Skip to main content

Weight-bearing exercise has long been known to build bone density—and contrary to popular belief, lifting weights is not enough.

Make an Impact

If you want to build healthy bones, the best thing you can do is to be sure you’re including “impact” activities. In other words, try running, jumping, or walking. These activities create forces that move through your bones and help with the bone remodeling process that adds density.

Jump: If you really want to go high-impact, try jumping. One study showed that premenopausal women who performed 10 to 20 high-impact jumps, with 30 seconds of rest in between each jump, twice a day for four months significantly increased bone density in their hip bones compared to a group of women who did not jump.(1) As an added bonus, high-impact jumping torches calories.

Walk: If jumping isn’t your style, don’t underestimate the value of a brisk walk. The Nurses’ Health Study included data from more than 60,000 postmenopausal women. The women who walked briskly at least four times per week had a lower risk of hip fractures compared to their counterparts who either didn’t walk or walked less often or more slowly.(2)

Mixed-Up Movement: Mixed-up movement is exactly what it sounds like—movement that mixes it up by taking you in different directions. Whether walking, jogging, or hopping, throw in what is referred to as odd impacts—meaning that you move sideways, backwards, or any direction other than straight ahead. Tennis players know all about mixed-up movement. Research has shown that such odd-impact activity can help build stronger bones and keep hip and spine fragility at bay.(3)

What About Weight Lifting?

It turns out, weight lifting alone is not enough to build bone density—but don’t discount the value of pumping iron. Strength training is an important part of any well-rounded fitness regimen. Weight training plus other high-impact exercise is an excellent recipe for strong bones.

Scroll to Continue



4 Ways To Maintain Your Standard Of Living Into Retirement

During uncertain economic times, preparing for retirement might feel daunting.


7 Signs You May Be at Risk of Having a Stroke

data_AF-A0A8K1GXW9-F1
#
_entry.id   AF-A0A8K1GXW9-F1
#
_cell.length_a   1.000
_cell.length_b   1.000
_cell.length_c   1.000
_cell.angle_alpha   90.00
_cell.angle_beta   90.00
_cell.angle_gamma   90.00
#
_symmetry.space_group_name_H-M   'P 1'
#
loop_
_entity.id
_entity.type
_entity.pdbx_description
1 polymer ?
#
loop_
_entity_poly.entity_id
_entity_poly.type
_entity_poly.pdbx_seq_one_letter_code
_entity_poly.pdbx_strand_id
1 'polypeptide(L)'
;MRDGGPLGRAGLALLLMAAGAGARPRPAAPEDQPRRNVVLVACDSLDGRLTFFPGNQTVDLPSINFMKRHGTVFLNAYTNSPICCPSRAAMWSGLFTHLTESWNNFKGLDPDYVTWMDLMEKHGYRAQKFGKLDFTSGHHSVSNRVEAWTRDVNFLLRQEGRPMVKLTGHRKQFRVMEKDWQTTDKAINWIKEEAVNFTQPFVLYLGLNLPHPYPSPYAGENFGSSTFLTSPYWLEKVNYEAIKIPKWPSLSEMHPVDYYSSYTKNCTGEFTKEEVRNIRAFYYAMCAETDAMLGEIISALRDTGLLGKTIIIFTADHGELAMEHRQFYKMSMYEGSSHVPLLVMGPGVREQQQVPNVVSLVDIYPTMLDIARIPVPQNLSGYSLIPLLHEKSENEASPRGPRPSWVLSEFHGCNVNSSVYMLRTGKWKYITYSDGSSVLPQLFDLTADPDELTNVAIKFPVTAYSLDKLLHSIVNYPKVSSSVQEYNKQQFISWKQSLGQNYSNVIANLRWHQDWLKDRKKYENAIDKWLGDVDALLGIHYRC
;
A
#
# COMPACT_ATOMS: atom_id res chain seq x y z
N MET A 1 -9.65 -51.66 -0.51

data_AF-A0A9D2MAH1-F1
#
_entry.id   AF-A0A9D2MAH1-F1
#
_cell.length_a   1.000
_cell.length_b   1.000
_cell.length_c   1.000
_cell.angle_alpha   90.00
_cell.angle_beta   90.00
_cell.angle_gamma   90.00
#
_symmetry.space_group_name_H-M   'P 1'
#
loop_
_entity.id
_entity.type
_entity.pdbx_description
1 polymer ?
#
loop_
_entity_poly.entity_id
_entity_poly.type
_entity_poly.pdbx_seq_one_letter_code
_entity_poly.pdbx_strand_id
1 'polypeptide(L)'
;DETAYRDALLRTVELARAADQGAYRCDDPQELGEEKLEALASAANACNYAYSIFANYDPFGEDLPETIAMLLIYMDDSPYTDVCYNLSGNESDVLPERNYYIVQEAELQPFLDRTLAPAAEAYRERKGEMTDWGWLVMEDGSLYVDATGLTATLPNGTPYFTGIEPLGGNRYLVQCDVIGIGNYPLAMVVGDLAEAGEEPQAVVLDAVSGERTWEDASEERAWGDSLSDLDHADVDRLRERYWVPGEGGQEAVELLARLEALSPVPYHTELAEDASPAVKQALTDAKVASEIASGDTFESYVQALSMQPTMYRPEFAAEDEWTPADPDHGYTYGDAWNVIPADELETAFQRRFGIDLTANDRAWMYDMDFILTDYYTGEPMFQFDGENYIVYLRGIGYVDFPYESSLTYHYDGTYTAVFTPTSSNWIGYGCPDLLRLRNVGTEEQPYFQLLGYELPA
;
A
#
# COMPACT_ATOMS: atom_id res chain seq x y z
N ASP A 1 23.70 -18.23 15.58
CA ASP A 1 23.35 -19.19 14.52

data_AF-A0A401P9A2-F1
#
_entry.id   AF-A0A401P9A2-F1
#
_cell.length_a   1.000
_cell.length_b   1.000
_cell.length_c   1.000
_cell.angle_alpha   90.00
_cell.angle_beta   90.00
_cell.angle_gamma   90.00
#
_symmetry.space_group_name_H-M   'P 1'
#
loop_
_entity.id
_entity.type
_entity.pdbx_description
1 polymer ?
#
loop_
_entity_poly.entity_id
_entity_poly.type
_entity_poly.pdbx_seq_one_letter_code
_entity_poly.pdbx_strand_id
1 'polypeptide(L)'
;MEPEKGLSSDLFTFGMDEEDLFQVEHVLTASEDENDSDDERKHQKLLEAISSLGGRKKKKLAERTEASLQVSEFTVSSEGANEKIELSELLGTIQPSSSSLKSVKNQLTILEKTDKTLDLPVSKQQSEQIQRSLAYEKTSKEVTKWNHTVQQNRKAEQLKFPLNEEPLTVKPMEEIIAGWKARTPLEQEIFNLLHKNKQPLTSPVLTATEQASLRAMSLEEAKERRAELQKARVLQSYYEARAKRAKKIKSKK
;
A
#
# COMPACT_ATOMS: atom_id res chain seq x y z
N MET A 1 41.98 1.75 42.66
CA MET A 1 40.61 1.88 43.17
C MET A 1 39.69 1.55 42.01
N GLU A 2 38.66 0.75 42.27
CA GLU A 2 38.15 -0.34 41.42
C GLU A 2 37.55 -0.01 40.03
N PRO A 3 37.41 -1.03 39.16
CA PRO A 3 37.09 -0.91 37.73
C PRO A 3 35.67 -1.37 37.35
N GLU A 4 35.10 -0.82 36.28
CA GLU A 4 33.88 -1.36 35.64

Over three-quarters of a million people in the U.S. suffer from strokes annually.


How Nurses Can Promote Healthy Lifestyles for Their Patients

Nurses are undoubtedly an influential force among patients, probably because of their close and frequent contact with patients and wide awareness of population-specific health issues.

One study showed that women participating in high-impact sports—such as volleyball, hurdling, squash, soccer, and speed skating—had higher bone density than those competing in weight lifting.(5) Weight lifting wasn’t a total wash, though—the weight lifters had stronger bones than women who participated in no-impact sports, such as swimming and bicycling.

Another study showed that women who included jumping and weight lifting in their fitness program improved the density of their spines by about 2 percent compared to a control group.(5) Interestingly, the women who included both upper and lower body strength training showed the most benefit—lower body strength training alone was not enough.

Shake it Up

If you’ve written off whole-body vibration platforms as a silly fad, reconsider. One study has shown that postmenopausal women who used the vibration platform for five minutes three times a week had 2 percent more spinal bone density compared to a group of control women who did not vibrate—and who actually lost about a half a percent of bone density in their spines.(6)

These machines have gone mainstream, cropping up in gyms all over the country. While they are no substitute for good old-fashioned exercise, they could play a role in building bone density.

Keep current with aWomans Health newsletter


  1. Tucker LA, Strong JE, Lecheminant JD, et al: Effect of Two Jumping Programs on Hip Bone Mineral Density in Premenopausal Women: A Randomized Controlled Trial. American Journal of Health Promotion. Published early online January 24, 2014.
  2. Feskanich D, Willett W, Colditz G. Walking and leisure-time activity and risk of hip fracture in postmenopausal women. JAMA. 2002; 288(18): 2300-2306.
  3. Nikander R, Kannus P, Dastidar P, et al: Targeted exercises against hip fragility. Osteoporosis International. 2009; 20(8): 1321-1328.
  4. Nikander R, Sievanen H, Heinonen A, et al: Femoral neck structure in adult female athletes subjected to different loading modalities. Journal of Bone and Mineral Research. 2005; 20(3): 520-528.
  5. Winters-Stone KM, Snow CM. Site-specific response of bone to exercise in premenopausal women. Bone. 2006; 39(6): 1203-1209.
  6. Lai CL, Tseng SY, Chen CN, et al: Effect of 6 months of whole body vibration on lumbar spine bone density in postmenopausal women: a randomized controlled trial. Clinical Interventions in Aging. 2013; 8: 1603-1609.